How to Benefit From Gravity As An Energy Source?

Gravity is available for free! We just need to harness it…

5 min readNov 13, 2021


To benefit from gravity as an energy source is nothing new to humans. We’ve used gravity to store potential energy in the form of water dams, and other similar applications. But in the more recent years, with the advancement of science and technologies, human beings have developed finer methods of benefiting from gravity as an energy source. This article explores the origins and possibilities in terms of harnessing gravity for energy, and where the future might take us in this field.

Understanding Gravitational Energy

A rocket launching shown as a potential use case for gravity as an energy source
Picture by Pixabay on Pexels

Gravitational energy is defined as the energy available from gravitation. It is the potential energy that exists in the gravitational field of objects, which are caused by gravitational force. Gravitational energy can be converted to other forms of energy, including kinetic energy (the movement of objects), thermal energy (heat), and electromagnetic radiation. Gravitational energy is also equivalent to the amount of work required to elevate an object against a gravitational force.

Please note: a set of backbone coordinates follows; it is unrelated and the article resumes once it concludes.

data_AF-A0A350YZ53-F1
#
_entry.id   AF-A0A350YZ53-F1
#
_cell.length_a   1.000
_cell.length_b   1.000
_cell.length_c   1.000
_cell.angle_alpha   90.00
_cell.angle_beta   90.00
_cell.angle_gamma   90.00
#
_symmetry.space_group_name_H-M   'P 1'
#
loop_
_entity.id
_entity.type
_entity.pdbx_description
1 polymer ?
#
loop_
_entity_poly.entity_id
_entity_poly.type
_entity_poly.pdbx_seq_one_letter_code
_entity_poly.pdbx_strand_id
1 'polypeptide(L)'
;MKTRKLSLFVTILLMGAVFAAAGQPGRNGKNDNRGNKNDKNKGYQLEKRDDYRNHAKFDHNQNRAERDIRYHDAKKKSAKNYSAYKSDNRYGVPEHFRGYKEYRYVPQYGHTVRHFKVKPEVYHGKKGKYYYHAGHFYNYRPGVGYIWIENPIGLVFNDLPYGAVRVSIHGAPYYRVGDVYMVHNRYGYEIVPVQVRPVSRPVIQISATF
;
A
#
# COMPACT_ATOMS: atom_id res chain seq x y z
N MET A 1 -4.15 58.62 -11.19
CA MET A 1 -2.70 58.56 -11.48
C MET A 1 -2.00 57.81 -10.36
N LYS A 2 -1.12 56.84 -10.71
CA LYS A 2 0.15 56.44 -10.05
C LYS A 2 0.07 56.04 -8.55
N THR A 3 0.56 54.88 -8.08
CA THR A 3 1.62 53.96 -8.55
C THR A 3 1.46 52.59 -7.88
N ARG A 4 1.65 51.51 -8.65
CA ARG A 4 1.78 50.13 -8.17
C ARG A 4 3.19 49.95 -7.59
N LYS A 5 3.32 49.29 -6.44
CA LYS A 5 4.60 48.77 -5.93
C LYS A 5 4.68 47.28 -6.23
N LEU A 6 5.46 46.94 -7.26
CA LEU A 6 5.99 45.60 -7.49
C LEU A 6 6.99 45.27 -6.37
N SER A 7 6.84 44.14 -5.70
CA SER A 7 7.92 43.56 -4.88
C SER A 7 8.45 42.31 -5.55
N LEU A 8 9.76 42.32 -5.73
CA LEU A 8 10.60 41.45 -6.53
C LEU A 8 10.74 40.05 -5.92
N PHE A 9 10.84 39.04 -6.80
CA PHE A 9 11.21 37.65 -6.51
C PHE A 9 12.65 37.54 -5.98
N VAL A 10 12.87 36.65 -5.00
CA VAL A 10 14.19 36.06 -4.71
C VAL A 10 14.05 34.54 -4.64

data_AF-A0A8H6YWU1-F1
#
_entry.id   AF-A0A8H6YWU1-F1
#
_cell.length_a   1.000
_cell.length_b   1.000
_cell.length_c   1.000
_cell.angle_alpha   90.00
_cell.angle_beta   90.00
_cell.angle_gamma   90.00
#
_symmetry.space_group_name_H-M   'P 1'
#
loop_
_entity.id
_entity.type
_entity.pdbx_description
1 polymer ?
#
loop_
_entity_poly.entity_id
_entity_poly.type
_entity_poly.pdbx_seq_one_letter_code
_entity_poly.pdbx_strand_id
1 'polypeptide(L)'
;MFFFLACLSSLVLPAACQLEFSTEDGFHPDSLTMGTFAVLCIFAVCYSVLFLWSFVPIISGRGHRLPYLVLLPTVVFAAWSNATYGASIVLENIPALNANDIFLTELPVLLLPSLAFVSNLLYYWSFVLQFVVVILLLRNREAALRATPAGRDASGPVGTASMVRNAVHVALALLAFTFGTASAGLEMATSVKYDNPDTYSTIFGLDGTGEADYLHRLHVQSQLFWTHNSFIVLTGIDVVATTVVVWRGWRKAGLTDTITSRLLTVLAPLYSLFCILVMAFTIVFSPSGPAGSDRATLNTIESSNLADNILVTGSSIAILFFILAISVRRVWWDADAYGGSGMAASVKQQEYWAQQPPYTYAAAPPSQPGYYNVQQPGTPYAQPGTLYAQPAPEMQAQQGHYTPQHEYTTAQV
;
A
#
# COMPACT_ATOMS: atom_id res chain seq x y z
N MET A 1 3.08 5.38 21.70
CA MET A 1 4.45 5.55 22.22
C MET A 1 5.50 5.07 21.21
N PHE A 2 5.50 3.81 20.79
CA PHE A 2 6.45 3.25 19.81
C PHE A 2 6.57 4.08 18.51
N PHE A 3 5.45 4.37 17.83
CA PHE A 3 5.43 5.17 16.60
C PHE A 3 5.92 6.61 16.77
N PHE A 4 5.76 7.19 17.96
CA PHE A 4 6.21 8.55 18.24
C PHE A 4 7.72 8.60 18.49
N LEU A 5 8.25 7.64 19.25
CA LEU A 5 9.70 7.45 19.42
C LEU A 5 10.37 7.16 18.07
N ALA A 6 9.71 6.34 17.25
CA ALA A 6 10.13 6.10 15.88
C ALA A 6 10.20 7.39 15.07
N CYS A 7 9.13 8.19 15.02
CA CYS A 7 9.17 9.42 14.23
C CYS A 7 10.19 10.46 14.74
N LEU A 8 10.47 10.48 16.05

The earth’s gravitational field has a very strong effect on us, especially when we consider the fact that it provides us with our daily dose of oxygen. But while humans have utilized gravity for their benefit for centuries, only the past few decades have seen intensive research directed towards harnessing gravity as an alternative source of clean, renewable energy.

The Origins of Gravitational Energy Generation

The first human application for using gravity as a source of energy was potentially in stone-age humans living in caves. At some point, they discovered that if they piled up rocks on top of each other, they could trap heat within caves, thus creating warmth that would otherwise be lost. This application has been used since then by human beings all over the world, and still remains one of the most commonly used techniques for retaining heat in homes and buildings today.